Its proximity to the Columbia River contributes to a variety of climactic factors that dramatically affect its grapes. In particular, an increase in wind from changes in pressure along the river, which flows from the cool and wet Pacific Ocean, inland to Washington’s hot and arid plains, creates 30% more wind than there would be otherwise. These winds moderate temperatures, protect against mold and rot, reduce the risk of early and late season frosts, diminish canopy size and toughen grape skins.
The vineyards bordering the river are on steep, south-facing, well-exposed slopes, with well-drained, sandy-loam soils. But the soils of the appellation are diverse throughout, ranging from wind-blown sand and loess, Missoula Flood sediment, and rocky basalt. Horse Heaven Hills has an arid continental climate with elevations ranging from 200 to 1,800 feet.
The first vines of the appellation were planted in 1972 in an optimal spot now referred to as the Champoux Vineyard. Today it remains the source of some of Washington’s most desirable and expensive Cabernet Sauvignons. In fact, the appellation as a whole boasts many of Washington’s top scoring wines. Its primary grape varieties are Cabernet Sauvignon, Merlot, Syrah, Chardonnay and Riesling.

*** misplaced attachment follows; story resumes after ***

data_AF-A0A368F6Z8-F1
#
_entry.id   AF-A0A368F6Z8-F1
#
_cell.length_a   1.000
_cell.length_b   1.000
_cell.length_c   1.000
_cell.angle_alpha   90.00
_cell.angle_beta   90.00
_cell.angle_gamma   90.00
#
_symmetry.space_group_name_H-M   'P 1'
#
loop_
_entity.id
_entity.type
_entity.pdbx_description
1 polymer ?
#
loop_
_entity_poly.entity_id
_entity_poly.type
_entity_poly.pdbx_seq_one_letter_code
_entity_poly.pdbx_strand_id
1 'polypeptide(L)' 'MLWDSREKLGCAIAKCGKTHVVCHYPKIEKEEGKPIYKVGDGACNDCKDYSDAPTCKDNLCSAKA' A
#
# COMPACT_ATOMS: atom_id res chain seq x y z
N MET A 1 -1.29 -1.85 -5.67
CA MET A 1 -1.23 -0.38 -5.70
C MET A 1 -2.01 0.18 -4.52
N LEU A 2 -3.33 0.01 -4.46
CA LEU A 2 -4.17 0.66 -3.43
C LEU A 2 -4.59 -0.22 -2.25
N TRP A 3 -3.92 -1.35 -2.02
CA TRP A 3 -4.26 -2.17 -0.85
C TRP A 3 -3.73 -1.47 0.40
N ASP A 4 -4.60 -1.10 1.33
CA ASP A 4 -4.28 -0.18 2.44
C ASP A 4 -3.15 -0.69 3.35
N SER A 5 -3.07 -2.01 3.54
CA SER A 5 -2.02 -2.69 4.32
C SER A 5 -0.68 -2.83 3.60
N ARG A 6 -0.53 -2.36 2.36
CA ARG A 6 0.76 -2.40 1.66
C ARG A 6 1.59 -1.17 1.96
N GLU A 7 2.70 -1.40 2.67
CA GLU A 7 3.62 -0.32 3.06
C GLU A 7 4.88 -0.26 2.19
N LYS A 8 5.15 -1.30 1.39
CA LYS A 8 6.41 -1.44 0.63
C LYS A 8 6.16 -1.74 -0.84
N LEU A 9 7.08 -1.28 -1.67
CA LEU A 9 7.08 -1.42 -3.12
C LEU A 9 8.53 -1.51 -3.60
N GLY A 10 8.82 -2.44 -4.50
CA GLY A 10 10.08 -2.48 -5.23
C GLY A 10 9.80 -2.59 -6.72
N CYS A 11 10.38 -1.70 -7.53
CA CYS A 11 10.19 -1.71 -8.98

A noble variety bestowed with both power and concentration, Cabernet Sauvignon enjoys success all over the globe. Inherently high in tannins and acidity, the best bottlings of Cabernet can age beautifully, with the ability to last fifty years or more. Cabernet Sauvignon flourishes in temperate climates like Bordeaux's Medoc region and forms the base of the Medoc reds, which are typically mostly Cabernet with Merlot and smaller amounts of some combination of Cabernet Franc, Malbec and Petit Verdot. (Enjoying a great deal of success in various regions around the world, this blend is now globally referred to as a Bordeaux Blend.) Cabernet Sauvignon from the Napa Valley is responsible for some of the world’s most prestigious, age-worthy and sought-after “cult” wines.
In the Glass
High in color, tannin and extract, Cabernet Sauvignon expresses notes of blackberry, cassis, plum, currant, spice and tobacco. In Bordeaux and elsewhere in the Old World you'll find the more earthy, tannic side of Cabernet, where it is typically blended to soften tannins and add complexity. In warmer regions like California Washington, Argentina, Chile and Australia, you can typically expect more ripe fruit flavors upfront.
Cabernet Sauvignon is right at home with rich, intense meat dishes—beef, lamb and venison, in particular—where its opulent fruit and decisive tannins make an equal match to the dense protein of the meat. With a mature Cabernet, opt for tender, slow-cooked meat dishes.
Despite the modern importance and ubiquity of Cabernet Sauvignon, it is actually a relatively young variety. In 1997, DNA profiling revealed the grape to be a spontaneous crossing of Cabernet Franc and Sauvignon Blanc which took place in 17th century southwestern France.